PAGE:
A few days ago I wrote of the heartbreaking tale of Iraqi families feeling so helpless that they were tossing their children from mountaintops, rather than see them die of thirst or be captured by brutal Islamic State jihadists.
Subsequently, I received a few comments on social media like, “Yeah that’s why Obama announced that we are going to start bombing.”
And, as promised, the bombs have started.
However, I believe it is somewhat naïve to think that the death of minority Iraqis is the real reason for the decision. After all, why weren’t we sending in the heavy weaponry as the town of Mosul was basically wiped free of all Christians?
Well, it would seem that those pesky Islamic State jihadists are getting uncomfortably close to oilfield production of American companies.
Obama has no choice but to react.
Brandon Turbeville reported Sunday:
At least two waves of airstrikes against a variety of targets have already taken place inside Iraq. One of the airstrikes apparently struck an IS mortar position and an IS convoy near Erbil. IS fighters had advanced to within a half hour’s distance from Erbil, the capital of Iraq’s Kurdish region. According to a Pentagon spokesman, two FA-18s that took off from an aircraft carrier in the Gulf were involved in the airstrike.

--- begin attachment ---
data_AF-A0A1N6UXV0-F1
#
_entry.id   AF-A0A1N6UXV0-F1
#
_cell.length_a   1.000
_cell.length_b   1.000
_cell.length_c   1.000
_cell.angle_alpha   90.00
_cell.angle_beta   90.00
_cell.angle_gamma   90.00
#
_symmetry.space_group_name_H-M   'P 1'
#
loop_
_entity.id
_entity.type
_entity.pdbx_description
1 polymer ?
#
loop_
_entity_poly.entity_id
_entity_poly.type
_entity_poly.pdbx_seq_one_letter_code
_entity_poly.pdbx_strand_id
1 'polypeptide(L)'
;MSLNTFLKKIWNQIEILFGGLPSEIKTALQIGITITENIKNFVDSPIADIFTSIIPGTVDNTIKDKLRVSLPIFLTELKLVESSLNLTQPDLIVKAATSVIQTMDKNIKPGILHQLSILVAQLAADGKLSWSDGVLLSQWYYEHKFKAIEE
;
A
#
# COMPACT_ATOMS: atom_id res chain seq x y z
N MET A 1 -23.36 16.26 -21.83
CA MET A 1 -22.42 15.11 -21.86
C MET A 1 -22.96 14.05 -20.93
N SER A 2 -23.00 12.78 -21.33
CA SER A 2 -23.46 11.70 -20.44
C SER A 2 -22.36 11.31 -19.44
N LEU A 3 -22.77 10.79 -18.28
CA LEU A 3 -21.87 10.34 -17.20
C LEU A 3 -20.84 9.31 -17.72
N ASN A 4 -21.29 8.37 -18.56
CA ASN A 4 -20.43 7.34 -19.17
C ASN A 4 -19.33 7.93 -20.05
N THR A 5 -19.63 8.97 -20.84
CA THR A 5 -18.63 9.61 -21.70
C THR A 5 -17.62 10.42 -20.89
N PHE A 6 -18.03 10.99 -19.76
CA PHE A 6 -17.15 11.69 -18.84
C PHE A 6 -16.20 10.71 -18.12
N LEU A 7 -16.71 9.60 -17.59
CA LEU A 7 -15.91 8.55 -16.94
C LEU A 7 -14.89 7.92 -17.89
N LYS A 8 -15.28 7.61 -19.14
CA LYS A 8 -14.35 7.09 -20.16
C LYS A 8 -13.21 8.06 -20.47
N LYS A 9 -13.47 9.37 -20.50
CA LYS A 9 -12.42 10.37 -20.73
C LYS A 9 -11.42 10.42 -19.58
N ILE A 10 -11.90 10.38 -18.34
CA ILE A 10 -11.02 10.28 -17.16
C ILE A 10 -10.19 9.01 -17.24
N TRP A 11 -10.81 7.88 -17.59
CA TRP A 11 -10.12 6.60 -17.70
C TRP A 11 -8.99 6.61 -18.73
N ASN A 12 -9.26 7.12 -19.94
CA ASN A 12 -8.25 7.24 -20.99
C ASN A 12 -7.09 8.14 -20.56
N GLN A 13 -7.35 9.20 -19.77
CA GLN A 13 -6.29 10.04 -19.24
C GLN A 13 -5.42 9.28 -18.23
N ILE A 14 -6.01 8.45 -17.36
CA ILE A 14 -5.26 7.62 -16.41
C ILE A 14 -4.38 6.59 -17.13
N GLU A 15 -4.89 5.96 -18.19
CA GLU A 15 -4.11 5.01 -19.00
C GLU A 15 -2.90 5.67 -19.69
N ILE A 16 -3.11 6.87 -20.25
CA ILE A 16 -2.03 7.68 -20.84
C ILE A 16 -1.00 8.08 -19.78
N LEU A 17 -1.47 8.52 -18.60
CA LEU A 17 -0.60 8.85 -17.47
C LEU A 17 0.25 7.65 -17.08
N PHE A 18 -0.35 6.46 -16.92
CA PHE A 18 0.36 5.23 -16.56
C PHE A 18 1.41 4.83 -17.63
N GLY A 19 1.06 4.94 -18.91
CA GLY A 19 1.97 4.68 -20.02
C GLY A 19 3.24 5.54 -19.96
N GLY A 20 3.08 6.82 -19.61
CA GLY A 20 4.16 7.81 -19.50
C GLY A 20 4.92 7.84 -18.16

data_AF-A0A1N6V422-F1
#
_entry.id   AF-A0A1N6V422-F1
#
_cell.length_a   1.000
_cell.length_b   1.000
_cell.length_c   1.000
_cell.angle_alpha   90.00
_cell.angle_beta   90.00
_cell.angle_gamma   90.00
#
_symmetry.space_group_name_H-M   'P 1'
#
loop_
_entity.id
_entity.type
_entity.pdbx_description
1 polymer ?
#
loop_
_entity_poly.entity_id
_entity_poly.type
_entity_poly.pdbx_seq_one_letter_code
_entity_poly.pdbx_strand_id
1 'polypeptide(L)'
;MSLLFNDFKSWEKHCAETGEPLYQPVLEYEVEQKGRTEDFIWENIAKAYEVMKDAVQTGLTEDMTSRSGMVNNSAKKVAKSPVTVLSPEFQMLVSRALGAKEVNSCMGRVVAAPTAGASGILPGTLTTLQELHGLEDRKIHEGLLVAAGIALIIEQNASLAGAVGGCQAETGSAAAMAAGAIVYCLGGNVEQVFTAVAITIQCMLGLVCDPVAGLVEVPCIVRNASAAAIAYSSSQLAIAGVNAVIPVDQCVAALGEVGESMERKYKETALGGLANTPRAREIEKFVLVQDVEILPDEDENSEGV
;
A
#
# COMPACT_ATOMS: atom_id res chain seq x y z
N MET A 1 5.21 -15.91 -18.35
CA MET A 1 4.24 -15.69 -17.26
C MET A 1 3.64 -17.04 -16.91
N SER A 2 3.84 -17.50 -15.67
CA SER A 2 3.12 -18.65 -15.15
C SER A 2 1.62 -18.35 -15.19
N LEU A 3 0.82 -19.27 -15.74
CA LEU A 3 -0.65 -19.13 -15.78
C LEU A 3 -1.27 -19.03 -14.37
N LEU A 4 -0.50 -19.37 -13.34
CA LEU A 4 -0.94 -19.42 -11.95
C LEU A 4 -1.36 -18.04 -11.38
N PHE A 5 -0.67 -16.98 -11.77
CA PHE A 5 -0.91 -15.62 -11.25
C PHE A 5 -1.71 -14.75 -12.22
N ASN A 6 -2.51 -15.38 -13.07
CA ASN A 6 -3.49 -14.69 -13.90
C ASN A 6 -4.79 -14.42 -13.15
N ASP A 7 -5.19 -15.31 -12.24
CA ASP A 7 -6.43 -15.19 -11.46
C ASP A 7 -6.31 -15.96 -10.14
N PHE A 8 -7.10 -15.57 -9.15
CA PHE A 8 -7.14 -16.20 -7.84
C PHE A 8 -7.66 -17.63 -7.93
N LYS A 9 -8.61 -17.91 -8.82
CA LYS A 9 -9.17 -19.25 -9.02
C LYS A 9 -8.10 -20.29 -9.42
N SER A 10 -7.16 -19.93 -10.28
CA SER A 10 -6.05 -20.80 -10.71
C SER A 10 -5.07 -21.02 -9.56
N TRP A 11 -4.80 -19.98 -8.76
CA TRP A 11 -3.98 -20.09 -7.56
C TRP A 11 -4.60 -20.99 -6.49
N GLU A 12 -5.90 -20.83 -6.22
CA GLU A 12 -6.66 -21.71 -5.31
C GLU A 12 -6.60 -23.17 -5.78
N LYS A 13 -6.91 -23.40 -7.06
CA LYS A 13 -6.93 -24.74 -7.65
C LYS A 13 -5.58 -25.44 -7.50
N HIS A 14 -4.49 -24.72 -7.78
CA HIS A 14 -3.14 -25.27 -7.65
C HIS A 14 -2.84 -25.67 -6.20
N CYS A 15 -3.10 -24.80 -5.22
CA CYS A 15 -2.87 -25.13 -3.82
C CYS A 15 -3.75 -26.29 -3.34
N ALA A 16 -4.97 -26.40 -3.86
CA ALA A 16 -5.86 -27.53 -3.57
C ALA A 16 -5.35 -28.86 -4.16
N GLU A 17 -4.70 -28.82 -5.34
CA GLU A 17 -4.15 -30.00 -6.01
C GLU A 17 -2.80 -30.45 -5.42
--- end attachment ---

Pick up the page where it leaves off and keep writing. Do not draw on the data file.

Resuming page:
Obama stated that the strikes were necessary to prevent genocide, to protect Christians and other religious minorities whose lives are in danger, and to halt the IS advance. The airstrikes are the first that have been authorized in Iraq by the United States since 2011.
What is notable, however, are the circumstances surrounding the initiation of the bombing and what may have prompted American military action now, after allowing ISIS (entirely funded, directed, created, and armed by the West – notably the United States) to seize vast swaths of territory across Iraq.
Why bomb Iraq now you might ask? And why bomb the area surrounding Erbil?
The answers to this question lie in the simple fact that the area surrounding Erbil – the Kurdish region of Iraq – is a “hub for US oil companies.”
In fact, Erbil, a city of 1.5 million people is largely viewed as the administrative center for the Kurdish regional oil industry and a quarter of Iraq’s oil production nationally. The oil reserves are so large in this region that Kurds often claim that, if they were to break off from Iraq and establish their own country, the new nation would stand as the ninth largest oil producer in the world.
As a new chapter begins in Iraq, I suddenly feel a powerful sense of “deja vu” sweeping over me.
The old saying is that “blood is thicker than water.”
But unfortunately it has also been proven time and time again that oil is thicker than blood.
What message is Obama really sending here?
As a staunch supporter of worldwide terrorism it doesn’t take a genius to figure out that this is not about protecting Christians or any other non-jihadist minority.